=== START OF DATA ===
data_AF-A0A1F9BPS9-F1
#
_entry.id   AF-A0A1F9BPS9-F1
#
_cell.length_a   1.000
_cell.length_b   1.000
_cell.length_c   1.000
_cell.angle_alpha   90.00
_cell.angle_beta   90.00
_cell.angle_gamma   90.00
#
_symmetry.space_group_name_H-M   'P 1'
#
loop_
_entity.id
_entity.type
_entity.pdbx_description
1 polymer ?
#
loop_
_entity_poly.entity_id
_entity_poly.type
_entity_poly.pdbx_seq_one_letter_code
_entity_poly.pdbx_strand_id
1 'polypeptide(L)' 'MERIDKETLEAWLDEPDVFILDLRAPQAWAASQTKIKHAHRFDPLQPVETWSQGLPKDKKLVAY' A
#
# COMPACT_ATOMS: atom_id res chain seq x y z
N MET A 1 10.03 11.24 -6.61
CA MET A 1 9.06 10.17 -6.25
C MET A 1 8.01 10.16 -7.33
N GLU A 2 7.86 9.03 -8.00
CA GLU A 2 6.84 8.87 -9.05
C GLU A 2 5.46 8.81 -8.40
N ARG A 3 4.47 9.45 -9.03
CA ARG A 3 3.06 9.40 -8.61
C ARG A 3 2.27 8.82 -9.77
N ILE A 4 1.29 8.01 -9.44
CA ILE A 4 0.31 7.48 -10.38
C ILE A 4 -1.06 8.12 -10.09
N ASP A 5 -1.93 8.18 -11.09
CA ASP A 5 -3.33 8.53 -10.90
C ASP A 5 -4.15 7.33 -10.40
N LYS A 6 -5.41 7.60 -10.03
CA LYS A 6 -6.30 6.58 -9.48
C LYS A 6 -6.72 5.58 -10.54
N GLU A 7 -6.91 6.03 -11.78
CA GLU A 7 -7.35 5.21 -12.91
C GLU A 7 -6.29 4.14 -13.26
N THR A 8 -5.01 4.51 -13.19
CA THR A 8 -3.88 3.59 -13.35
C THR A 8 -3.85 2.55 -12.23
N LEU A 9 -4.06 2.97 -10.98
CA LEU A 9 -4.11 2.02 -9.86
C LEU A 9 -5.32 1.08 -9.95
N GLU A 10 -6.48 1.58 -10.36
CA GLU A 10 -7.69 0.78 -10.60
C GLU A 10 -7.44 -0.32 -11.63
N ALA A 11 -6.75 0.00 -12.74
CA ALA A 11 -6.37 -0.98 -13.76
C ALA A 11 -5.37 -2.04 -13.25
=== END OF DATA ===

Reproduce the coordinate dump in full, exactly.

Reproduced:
data_AF-A0A1F9BPS9-F1
#
_entry.id   AF-A0A1F9BPS9-F1
#
_cell.length_a   1.000
_cell.length_b   1.000
_cell.length_c   1.000
_cell.angle_alpha   90.00
_cell.angle_beta   90.00
_cell.angle_gamma   90.00
#
_symmetry.space_group_name_H-M   'P 1'
#
loop_
_entity.id
_entity.type
_entity.pdbx_description
1 polymer ?
#
loop_
_entity_poly.entity_id
_entity_poly.type
_entity_poly.pdbx_seq_one_letter_code
_entity_poly.pdbx_strand_id
1 'polypeptide(L)' 'MERIDKETLEAWLDEPDVFILDLRAPQAWAASQTKIKHAHRFDPLQPVETWSQGLPKDKKLVAY' A
#
# COMPACT_ATOMS: atom_id res chain seq x y z
N MET A 1 10.03 11.24 -6.61
CA MET A 1 9.06 10.17 -6.25
C MET A 1 8.01 10.16 -7.33
N GLU A 2 7.86 9.03 -8.00
CA GLU A 2 6.84 8.87 -9.05
C GLU A 2 5.46 8.81 -8.40
N ARG A 3 4.47 9.45 -9.03
CA ARG A 3 3.06 9.40 -8.61
C ARG A 3 2.27 8.82 -9.77
N ILE A 4 1.29 8.01 -9.44
CA ILE A 4 0.31 7.48 -10.38
C ILE A 4 -1.06 8.12 -10.09
N ASP A 5 -1.93 8.18 -11.09
CA ASP A 5 -3.33 8.53 -10.90
C ASP A 5 -4.15 7.33 -10.40
N LYS A 6 -5.41 7.60 -10.03
CA LYS A 6 -6.30 6.58 -9.48
C LYS A 6 -6.72 5.58 -10.54
N GLU A 7 -6.91 6.03 -11.78
CA GLU A 7 -7.35 5.21 -12.91
C GLU A 7 -6.29 4.14 -13.26
N THR A 8 -5.01 4.51 -13.19
CA THR A 8 -3.88 3.59 -13.35
C THR A 8 -3.85 2.55 -12.23
N LEU A 9 -4.06 2.97 -10.98
CA LEU A 9 -4.11 2.02 -9.86
C LEU A 9 -5.32 1.08 -9.95
N GLU A 10 -6.48 1.58 -10.36
CA GLU A 10 -7.69 0.78 -10.60
C GLU A 10 -7.44 -0.32 -11.63
N ALA A 11 -6.75 0.00 -12.74
CA ALA A 11 -6.37 -0.98 -13.76
C ALA A 11 -5.37 -2.04 -13.25